Relationships at Notre Dame by Mia Moran
For college students transitioning from dependent minors into the primary stages of adulthood, sex and romance are formative areas in the process of self-exploration.
At first glance, the university environment may not appear to have much influence on how students navigate sex and romance — those decisions may feel personal rather than institutionally guided. But the works of sociologists who focus on how institutions influence people’s sexual and romantic behaviors prove otherwise.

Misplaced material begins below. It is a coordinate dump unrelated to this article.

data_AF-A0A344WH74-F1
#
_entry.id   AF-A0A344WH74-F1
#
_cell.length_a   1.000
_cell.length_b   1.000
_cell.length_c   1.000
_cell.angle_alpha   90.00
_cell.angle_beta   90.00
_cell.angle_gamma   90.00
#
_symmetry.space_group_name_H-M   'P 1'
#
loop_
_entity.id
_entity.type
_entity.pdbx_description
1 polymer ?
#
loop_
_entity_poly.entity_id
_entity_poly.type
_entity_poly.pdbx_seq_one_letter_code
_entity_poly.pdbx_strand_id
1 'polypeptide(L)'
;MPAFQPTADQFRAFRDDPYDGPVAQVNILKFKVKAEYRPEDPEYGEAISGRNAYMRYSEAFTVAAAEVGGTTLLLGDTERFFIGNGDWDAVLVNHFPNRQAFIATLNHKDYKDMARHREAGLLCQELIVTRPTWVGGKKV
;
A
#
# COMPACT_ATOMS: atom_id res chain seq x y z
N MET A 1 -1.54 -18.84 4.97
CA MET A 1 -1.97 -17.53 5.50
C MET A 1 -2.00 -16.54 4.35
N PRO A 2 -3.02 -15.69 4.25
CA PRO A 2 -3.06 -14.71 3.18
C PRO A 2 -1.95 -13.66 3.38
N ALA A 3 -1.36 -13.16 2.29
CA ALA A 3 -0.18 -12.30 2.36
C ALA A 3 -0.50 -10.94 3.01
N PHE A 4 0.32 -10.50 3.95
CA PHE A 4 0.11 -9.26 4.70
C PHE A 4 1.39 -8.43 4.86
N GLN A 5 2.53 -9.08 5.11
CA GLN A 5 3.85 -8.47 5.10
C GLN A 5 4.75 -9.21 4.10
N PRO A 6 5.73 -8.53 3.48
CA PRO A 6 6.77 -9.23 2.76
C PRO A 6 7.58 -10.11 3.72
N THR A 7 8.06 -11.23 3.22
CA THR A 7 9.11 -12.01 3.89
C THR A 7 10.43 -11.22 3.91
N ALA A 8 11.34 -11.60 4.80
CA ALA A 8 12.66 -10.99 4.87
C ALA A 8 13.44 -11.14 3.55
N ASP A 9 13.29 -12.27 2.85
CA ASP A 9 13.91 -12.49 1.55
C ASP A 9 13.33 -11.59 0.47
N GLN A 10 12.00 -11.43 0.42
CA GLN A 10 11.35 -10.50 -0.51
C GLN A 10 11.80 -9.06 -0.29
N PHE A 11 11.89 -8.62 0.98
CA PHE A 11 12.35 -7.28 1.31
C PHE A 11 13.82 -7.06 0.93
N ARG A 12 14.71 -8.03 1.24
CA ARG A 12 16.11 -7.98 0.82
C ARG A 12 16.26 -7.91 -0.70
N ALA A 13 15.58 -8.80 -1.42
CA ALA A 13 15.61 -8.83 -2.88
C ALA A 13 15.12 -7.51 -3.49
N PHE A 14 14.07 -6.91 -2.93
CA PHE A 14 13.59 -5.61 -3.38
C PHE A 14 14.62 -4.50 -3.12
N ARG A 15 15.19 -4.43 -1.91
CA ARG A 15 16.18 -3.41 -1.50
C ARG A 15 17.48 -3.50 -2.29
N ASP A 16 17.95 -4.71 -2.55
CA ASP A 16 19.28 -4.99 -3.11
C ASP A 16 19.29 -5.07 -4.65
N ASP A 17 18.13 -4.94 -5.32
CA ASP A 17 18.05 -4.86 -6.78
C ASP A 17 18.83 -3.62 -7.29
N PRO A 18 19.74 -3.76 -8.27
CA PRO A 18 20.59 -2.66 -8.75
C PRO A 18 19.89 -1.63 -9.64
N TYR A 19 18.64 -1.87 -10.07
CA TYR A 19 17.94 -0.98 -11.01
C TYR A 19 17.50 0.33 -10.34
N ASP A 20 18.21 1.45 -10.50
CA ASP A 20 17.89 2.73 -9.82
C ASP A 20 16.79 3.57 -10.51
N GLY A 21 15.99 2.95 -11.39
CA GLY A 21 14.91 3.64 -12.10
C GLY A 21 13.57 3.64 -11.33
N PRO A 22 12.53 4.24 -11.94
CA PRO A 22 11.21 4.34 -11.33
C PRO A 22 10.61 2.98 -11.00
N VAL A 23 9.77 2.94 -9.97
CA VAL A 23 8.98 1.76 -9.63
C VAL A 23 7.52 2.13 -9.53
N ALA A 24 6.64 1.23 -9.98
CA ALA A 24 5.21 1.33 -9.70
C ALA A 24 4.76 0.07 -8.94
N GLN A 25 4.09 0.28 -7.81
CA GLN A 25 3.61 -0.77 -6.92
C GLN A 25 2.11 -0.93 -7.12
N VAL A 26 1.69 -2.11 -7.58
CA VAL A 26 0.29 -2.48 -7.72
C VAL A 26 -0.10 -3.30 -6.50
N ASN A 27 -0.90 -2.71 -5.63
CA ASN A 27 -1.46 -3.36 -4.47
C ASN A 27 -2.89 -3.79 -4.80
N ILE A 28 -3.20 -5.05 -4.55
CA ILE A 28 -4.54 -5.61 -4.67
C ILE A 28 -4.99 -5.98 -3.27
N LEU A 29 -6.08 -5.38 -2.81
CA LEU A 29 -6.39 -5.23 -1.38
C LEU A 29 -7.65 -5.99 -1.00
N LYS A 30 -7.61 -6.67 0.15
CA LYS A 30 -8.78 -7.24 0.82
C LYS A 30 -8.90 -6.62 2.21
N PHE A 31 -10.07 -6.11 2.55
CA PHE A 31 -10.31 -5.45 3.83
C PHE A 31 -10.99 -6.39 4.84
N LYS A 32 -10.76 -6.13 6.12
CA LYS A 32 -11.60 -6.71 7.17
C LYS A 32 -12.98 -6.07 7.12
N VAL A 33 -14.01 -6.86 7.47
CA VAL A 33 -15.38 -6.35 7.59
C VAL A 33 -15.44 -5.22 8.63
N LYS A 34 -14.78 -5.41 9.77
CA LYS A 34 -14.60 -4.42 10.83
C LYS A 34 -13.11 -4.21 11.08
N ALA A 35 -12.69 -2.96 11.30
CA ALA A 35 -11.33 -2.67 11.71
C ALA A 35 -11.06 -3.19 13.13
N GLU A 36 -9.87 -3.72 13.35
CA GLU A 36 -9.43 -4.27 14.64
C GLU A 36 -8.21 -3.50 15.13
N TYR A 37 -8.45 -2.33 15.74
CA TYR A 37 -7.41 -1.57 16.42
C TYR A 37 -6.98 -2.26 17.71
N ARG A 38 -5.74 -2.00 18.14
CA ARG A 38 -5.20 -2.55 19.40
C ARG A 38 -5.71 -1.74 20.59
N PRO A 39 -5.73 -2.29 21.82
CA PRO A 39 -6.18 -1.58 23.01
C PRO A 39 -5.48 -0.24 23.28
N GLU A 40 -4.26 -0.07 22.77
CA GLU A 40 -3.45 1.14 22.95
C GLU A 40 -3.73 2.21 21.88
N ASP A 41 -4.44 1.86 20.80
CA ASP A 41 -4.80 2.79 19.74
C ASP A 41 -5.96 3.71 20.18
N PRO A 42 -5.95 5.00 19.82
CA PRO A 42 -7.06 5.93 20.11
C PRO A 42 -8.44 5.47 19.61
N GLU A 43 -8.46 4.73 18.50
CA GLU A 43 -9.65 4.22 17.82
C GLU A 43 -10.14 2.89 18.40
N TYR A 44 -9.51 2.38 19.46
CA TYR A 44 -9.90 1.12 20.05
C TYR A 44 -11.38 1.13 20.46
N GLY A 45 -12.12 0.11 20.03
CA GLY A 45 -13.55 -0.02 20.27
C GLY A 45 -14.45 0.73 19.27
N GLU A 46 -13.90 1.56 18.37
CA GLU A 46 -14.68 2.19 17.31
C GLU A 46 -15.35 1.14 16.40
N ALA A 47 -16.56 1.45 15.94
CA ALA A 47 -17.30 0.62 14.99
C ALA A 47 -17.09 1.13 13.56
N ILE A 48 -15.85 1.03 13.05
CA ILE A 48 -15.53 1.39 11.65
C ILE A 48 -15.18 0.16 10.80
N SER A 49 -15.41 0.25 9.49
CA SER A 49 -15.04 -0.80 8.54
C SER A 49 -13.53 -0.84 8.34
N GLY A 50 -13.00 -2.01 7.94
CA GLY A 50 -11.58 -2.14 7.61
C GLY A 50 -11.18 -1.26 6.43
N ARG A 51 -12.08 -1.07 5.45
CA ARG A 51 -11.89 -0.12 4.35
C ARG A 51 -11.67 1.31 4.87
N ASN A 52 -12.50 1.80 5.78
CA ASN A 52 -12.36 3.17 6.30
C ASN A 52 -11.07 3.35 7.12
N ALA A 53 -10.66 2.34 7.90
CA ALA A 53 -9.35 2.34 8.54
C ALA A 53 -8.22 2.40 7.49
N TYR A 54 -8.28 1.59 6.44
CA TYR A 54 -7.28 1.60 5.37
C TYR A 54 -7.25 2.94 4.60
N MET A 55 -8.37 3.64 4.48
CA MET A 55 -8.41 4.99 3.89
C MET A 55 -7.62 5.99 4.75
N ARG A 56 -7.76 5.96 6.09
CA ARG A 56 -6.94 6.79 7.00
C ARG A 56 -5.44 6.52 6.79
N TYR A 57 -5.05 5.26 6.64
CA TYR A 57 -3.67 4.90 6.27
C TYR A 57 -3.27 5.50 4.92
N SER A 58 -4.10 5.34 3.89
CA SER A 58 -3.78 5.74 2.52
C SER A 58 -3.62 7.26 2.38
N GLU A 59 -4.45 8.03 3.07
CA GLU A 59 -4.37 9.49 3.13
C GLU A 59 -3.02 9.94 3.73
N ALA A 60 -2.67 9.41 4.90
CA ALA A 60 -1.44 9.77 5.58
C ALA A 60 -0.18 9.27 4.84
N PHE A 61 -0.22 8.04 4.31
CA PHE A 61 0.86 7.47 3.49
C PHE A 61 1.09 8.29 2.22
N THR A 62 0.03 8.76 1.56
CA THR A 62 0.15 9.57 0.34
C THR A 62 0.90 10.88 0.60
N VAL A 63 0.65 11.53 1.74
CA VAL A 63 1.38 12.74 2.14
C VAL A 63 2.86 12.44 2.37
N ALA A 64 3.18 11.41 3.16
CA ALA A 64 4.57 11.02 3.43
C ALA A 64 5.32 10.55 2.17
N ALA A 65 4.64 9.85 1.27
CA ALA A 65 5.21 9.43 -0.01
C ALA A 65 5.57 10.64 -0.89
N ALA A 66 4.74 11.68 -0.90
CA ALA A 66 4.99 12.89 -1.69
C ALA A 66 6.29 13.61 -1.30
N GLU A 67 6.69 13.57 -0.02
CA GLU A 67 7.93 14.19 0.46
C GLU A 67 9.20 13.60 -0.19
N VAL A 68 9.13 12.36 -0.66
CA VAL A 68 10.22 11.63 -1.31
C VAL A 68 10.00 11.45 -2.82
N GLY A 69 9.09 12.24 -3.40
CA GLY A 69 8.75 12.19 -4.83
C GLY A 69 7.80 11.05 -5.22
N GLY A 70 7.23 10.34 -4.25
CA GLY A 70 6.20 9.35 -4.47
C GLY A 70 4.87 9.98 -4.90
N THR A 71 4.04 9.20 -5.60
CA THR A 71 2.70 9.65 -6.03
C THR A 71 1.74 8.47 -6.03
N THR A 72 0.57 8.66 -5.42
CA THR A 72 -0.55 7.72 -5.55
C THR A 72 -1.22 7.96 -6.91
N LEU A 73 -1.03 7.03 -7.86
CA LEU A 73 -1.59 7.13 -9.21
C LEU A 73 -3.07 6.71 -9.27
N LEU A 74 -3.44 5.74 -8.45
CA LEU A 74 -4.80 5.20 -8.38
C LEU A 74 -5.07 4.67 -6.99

The research done by multiple universities show that factors like gender, race, socioeconomic status, Greek life and alcohol use all influence how people participate in sexual and romantic relationships.
The University of Notre Dame is no exception to how its demographics and institutions influence student behavior surrounding sex and romance.
The undergraduate student body at Notre Dame is roughly 67% white and 80% Catholic, with a median family income of $191, 400 (per The New York Times) and a 52-48% men-women split. In other words, Notre Dame is largely made up of white, affluent Catholic students.
Undoubtedly, as Notre Dame is a Roman Catholic institution, religion also enters into the discourse regarding why students decide to pursue certain kinds of relationships over others.